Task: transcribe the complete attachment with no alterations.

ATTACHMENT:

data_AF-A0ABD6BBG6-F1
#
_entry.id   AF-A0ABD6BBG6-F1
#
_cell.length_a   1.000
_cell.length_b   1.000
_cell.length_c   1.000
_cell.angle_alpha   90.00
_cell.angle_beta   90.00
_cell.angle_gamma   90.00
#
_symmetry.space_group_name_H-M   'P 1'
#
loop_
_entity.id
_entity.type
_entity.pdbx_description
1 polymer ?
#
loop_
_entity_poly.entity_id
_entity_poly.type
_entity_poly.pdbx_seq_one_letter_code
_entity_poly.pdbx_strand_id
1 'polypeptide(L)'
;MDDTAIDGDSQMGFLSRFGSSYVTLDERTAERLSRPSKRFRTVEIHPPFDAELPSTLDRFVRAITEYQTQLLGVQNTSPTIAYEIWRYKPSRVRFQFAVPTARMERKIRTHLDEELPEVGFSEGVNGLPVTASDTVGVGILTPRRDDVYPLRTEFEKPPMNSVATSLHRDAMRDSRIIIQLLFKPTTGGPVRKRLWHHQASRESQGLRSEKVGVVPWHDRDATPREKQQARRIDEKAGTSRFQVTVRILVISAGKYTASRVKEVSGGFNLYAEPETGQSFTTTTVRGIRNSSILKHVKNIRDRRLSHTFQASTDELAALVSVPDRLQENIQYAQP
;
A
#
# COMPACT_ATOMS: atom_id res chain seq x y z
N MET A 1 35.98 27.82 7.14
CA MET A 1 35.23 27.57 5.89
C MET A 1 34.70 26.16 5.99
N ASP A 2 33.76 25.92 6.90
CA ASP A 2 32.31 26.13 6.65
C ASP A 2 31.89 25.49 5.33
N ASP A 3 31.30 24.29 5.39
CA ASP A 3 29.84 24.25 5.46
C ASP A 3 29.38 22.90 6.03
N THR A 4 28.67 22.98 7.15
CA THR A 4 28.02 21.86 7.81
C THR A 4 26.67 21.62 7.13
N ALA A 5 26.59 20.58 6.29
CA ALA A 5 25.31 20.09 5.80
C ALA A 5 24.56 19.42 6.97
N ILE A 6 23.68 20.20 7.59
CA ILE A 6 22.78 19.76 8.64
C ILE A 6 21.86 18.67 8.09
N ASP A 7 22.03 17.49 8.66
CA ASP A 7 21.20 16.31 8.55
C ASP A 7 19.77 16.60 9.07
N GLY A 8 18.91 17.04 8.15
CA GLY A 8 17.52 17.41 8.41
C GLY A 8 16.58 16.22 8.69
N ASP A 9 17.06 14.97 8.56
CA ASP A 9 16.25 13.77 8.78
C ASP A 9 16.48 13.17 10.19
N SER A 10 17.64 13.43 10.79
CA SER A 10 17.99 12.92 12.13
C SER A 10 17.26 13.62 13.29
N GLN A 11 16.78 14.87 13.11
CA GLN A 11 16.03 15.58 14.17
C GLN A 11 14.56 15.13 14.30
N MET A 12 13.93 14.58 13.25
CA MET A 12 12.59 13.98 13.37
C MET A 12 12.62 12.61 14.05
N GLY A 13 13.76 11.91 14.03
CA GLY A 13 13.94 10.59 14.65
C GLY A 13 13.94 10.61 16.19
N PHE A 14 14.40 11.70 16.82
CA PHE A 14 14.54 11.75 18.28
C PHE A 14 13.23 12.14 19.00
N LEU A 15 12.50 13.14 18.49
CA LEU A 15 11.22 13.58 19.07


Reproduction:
data_AF-A0ABD6BBG6-F1
#
_entry.id   AF-A0ABD6BBG6-F1
#
_cell.length_a   1.000
_cell.length_b   1.000
_cell.length_c   1.000
_cell.angle_alpha   90.00
_cell.angle_beta   90.00
_cell.angle_gamma   90.00
#
_symmetry.space_group_name_H-M   'P 1'
#
loop_
_entity.id
_entity.type
_entity.pdbx_description
1 polymer ?
#
loop_
_entity_poly.entity_id
_entity_poly.type
_entity_poly.pdbx_seq_one_letter_code
_entity_poly.pdbx_strand_id
1 'polypeptide(L)'
;MDDTAIDGDSQMGFLSRFGSSYVTLDERTAERLSRPSKRFRTVEIHPPFDAELPSTLDRFVRAITEYQTQLLGVQNTSPTIAYEIWRYKPSRVRFQFAVPTARMERKIRTHLDEELPEVGFSEGVNGLPVTASDTVGVGILTPRRDDVYPLRTEFEKPPMNSVATSLHRDAMRDSRIIIQLLFKPTTGGPVRKRLWHHQASRESQGLRSEKVGVVPWHDRDATPREKQQARRIDEKAGTSRFQVTVRILVISAGKYTASRVKEVSGGFNLYAEPETGQSFTTTTVRGIRNSSILKHVKNIRDRRLSHTFQASTDELAALVSVPDRLQENIQYAQP
;
A
#
# COMPACT_ATOMS: atom_id res chain seq x y z
N MET A 1 35.98 27.82 7.14
CA MET A 1 35.23 27.57 5.89
C MET A 1 34.70 26.16 5.99
N ASP A 2 33.76 25.92 6.90
CA ASP A 2 32.31 26.13 6.65
C ASP A 2 31.89 25.49 5.33
N ASP A 3 31.30 24.29 5.39
CA ASP A 3 29.84 24.25 5.46
C ASP A 3 29.38 22.90 6.03
N THR A 4 28.67 22.98 7.15
CA THR A 4 28.02 21.86 7.81
C THR A 4 26.67 21.62 7.13
N ALA A 5 26.59 20.58 6.29
CA ALA A 5 25.31 20.09 5.80
C ALA A 5 24.56 19.42 6.97
N ILE A 6 23.68 20.20 7.59
CA ILE A 6 22.78 19.76 8.64
C ILE A 6 21.86 18.67 8.09
N ASP A 7 22.03 17.49 8.66
CA ASP A 7 21.20 16.31 8.55
C ASP A 7 19.77 16.60 9.07
N GLY A 8 18.91 17.04 8.15
CA GLY A 8 17.52 17.41 8.41
C GLY A 8 16.58 16.22 8.69
N ASP A 9 17.06 14.97 8.56
CA ASP A 9 16.25 13.77 8.78
C ASP A 9 16.48 13.17 10.19
N SER A 10 17.64 13.43 10.79
CA SER A 10 17.99 12.92 12.13
C SER A 10 17.26 13.62 13.29
N GLN A 11 16.78 14.87 13.11
CA GLN A 11 16.03 15.58 14.17
C GLN A 11 14.56 15.13 14.30
N MET A 12 13.93 14.58 13.25
CA MET A 12 12.59 13.98 13.37
C MET A 12 12.62 12.61 14.05
N GLY A 13 13.76 11.91 14.03
CA GLY A 13 13.94 10.59 14.65
C GLY A 13 13.94 10.61 16.19
N PHE A 14 14.40 11.70 16.82
CA PHE A 14 14.54 11.75 18.28
C PHE A 14 13.23 12.14 19.00
N LEU A 15 12.50 13.14 18.49
CA LEU A 15 11.22 13.58 19.07